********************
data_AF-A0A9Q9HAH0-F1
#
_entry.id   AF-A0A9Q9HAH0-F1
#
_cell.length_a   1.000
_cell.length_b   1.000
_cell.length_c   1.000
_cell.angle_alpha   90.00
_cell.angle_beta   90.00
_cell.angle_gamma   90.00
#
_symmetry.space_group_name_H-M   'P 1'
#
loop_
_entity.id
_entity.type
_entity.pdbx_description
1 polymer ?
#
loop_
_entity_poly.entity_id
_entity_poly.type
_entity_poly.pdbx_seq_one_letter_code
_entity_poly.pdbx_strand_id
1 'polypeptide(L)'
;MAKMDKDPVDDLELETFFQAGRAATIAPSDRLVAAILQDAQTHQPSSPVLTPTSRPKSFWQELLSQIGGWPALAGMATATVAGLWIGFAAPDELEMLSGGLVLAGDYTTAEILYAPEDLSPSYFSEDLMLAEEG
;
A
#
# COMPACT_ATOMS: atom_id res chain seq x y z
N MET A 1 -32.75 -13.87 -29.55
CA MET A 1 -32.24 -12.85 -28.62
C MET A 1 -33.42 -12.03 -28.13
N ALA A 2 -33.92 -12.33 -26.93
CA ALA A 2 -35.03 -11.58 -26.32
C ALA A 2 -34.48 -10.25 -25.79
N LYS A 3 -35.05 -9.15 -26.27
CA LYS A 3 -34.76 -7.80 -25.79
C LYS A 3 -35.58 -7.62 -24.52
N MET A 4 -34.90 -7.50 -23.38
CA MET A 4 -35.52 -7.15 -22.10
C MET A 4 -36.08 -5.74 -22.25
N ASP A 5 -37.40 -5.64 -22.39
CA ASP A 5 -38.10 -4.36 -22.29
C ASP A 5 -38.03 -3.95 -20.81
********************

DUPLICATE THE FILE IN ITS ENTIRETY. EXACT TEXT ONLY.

data_AF-A0A9Q9HAH0-F1
#
_entry.id   AF-A0A9Q9HAH0-F1
#
_cell.length_a   1.000
_cell.length_b   1.000
_cell.length_c   1.000
_cell.angle_alpha   90.00
_cell.angle_beta   90.00
_cell.angle_gamma   90.00
#
_symmetry.space_group_name_H-M   'P 1'
#
loop_
_entity.id
_entity.type
_entity.pdbx_description
1 polymer ?
#
loop_
_entity_poly.entity_id
_entity_poly.type
_entity_poly.pdbx_seq_one_letter_code
_entity_poly.pdbx_strand_id
1 'polypeptide(L)'
;MAKMDKDPVDDLELETFFQAGRAATIAPSDRLVAAILQDAQTHQPSSPVLTPTSRPKSFWQELLSQIGGWPALAGMATATVAGLWIGFAAPDELEMLSGGLVLAGDYTTAEILYAPEDLSPSYFSEDLMLAEEG
;
A
#
# COMPACT_ATOMS: atom_id res chain seq x y z
N MET A 1 -32.75 -13.87 -29.55
CA MET A 1 -32.24 -12.85 -28.62
C MET A 1 -33.42 -12.03 -28.13
N ALA A 2 -33.92 -12.33 -26.93
CA ALA A 2 -35.03 -11.58 -26.32
C ALA A 2 -34.48 -10.25 -25.79
N LYS A 3 -35.05 -9.15 -26.27
CA LYS A 3 -34.76 -7.80 -25.79
C LYS A 3 -35.58 -7.62 -24.52
N MET A 4 -34.90 -7.50 -23.38
CA MET A 4 -35.52 -7.15 -22.10
C MET A 4 -36.08 -5.74 -22.25
N ASP A 5 -37.40 -5.64 -22.39
CA ASP A 5 -38.10 -4.36 -22.29
C ASP A 5 -38.03 -3.95 -20.81